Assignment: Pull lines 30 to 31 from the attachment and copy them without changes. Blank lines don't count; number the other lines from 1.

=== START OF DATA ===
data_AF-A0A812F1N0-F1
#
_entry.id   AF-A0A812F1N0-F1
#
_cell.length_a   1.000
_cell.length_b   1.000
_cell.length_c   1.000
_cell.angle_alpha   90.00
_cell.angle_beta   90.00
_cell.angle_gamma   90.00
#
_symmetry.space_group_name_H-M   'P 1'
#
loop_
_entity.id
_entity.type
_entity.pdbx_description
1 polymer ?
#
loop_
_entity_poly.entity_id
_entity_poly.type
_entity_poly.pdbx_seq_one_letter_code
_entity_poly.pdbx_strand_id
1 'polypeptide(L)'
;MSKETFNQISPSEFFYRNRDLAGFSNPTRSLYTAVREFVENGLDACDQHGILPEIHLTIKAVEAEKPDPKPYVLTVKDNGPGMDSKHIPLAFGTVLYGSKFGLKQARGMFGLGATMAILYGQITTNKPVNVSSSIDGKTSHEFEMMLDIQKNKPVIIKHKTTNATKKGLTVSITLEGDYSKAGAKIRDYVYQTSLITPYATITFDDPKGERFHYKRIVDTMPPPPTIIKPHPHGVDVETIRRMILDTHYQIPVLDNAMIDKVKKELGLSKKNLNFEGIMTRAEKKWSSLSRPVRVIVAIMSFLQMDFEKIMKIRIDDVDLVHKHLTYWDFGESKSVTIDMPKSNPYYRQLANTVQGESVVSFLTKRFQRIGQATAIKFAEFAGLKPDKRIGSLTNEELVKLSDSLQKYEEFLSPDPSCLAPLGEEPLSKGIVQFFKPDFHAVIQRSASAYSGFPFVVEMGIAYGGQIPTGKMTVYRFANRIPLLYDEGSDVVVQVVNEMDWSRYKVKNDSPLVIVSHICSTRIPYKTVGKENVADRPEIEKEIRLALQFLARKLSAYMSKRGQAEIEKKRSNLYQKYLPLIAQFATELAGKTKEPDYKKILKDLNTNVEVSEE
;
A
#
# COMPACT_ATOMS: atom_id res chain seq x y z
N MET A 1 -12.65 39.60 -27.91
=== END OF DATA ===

# COMPACT_ATOMS: atom_id res chain seq x y z
N MET A 1 -12.65 39.60 -27.91